Designer Mathis Biabiany reveals how he put together his particle-perfect portfolio site
When you think of some of the most iconic and inspiring designs that mankind has conjured up, they usually strike an admirable balance between form and function. Sometimes such design aligns much more with artistry, transcending a beautiful surface aesthetic to still deliver a practical use. Web design as a contemporary concept really lends itself beautifully to this strain of design because the advancement in technology and browser standards continues to expand its possibilities. Where ‘pages’ were once purely passive, modern websites are far deeper and often so dynamic and engaging that they defy convention. This has seen their function change with an ambitious approach to form and presentation that many of the more experimental digital agencies have pursued. One of the most lauded and awarded is Resn, a studio originating out of New Zealand that now also has offices in Shanghai, San Francisco and indeed the Amsterdam office where our latest hero, Mathis Biabiany, cut his teeth. Fans of this startlingly brilliant agency will know that its manifesto to “infect minds with gooey interactive experiences” has not only been hugely influential to a progressive, artistic web design movement but also a furtive plateau for the talent it enlists. Biabiany, a 24-year-old Creative Technologist, joined Resn in 2016 after completing his studies in web development and multimedia direction at the Gobelins School in Paris. “For almost two years now, I’ve enjoyed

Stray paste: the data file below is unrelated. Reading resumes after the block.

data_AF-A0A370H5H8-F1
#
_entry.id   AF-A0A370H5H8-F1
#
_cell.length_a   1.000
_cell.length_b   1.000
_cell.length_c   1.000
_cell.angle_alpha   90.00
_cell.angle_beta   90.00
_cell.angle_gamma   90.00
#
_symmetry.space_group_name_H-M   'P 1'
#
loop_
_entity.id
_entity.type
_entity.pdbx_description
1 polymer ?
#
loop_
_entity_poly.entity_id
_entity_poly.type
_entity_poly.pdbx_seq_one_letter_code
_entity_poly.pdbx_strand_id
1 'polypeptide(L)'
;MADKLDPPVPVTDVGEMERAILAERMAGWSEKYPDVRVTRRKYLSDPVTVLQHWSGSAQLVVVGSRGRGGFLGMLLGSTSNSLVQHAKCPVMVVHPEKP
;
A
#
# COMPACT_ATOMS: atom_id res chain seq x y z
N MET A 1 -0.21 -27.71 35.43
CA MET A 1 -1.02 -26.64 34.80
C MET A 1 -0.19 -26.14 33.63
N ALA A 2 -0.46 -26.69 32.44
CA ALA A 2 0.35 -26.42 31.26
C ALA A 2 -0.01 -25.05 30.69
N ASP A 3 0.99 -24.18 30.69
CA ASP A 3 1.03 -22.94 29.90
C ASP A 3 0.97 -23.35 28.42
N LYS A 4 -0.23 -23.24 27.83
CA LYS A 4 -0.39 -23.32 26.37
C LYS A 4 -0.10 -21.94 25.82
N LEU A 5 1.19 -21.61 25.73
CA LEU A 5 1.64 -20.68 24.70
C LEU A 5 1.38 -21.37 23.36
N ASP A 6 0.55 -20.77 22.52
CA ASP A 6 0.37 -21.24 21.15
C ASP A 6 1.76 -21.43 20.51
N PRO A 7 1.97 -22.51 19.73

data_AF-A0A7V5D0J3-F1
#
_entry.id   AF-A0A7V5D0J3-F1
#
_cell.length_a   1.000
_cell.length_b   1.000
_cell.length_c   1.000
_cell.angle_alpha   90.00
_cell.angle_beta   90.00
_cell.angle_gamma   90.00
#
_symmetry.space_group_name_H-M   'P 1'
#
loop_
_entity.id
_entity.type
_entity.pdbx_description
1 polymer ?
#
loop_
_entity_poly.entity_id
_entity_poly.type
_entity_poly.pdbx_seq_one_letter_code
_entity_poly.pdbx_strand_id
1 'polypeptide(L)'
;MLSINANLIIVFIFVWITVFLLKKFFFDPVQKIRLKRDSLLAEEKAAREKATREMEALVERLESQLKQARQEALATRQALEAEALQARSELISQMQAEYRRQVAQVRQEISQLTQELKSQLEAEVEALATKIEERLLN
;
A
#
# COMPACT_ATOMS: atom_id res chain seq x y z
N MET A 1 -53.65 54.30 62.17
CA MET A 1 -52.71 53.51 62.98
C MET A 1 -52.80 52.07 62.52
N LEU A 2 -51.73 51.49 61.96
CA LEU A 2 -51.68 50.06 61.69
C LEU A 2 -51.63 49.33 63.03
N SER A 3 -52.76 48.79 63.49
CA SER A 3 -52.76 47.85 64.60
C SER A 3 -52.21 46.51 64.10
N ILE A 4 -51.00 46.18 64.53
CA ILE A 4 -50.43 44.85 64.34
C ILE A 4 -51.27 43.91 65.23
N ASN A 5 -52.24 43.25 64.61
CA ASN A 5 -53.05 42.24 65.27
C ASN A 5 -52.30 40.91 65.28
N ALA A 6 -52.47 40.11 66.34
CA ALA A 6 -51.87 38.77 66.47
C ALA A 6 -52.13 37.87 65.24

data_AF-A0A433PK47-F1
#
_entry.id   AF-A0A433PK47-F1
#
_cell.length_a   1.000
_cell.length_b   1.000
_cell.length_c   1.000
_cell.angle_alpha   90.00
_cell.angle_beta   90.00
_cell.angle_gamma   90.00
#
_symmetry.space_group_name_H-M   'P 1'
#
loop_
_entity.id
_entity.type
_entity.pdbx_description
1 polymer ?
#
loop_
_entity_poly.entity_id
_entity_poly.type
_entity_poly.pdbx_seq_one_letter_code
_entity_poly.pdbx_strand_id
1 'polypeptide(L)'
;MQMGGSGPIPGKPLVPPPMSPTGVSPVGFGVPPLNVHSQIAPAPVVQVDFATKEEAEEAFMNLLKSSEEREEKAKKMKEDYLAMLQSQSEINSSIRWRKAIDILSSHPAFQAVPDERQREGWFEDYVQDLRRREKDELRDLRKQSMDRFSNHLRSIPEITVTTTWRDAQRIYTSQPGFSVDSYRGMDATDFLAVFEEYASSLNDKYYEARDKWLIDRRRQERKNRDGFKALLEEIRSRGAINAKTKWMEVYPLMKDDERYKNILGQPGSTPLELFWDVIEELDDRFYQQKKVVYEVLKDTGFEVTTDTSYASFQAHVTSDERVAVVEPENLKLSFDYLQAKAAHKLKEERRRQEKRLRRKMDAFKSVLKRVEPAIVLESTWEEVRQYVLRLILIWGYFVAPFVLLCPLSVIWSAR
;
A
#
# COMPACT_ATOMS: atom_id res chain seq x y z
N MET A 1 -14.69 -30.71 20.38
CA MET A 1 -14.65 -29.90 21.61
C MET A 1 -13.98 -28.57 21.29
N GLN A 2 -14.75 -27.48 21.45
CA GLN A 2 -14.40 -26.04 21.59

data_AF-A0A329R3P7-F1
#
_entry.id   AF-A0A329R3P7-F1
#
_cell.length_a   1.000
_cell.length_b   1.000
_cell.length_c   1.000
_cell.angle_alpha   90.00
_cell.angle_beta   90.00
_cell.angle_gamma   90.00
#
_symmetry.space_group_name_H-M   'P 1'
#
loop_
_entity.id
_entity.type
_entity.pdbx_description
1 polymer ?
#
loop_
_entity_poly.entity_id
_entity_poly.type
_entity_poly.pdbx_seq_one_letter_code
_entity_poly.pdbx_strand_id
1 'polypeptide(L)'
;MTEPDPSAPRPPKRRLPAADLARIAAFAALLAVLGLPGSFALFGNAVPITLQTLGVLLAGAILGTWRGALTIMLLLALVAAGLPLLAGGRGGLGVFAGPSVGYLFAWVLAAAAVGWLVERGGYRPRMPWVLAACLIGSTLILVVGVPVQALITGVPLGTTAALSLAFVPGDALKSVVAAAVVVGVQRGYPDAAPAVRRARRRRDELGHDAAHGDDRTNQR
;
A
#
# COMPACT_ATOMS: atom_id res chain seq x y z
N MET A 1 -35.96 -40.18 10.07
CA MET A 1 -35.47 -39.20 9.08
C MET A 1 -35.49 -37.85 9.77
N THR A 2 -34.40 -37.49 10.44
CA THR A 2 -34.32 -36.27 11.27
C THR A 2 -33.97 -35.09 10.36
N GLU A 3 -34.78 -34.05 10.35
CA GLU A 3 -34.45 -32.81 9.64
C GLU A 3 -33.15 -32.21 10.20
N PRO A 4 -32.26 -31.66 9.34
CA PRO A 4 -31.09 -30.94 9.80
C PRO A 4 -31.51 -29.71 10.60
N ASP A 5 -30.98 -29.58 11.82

“my previous portfolio was getting quite old, considering i made it when i was still at school, around three years ago”
working on some awesome projects with handsome teammates,” begins Mathis. “I’ve learned a lot from them, but now I’m taking on full-time freelancer status and preparing myself to leave Amsterdam to try new challenges in Japan.” So in short, our man needed a new digital portfolio, something he had considered realising after his first year at Resn. “I made couple of projects and experiments and my previous portfolio was getting quite old, considering I made it when I was still at school, around three years ago now.” The challenge was to create an experience that would pay homage to his Resn roots, but also demonstrate technical skill and personality to match.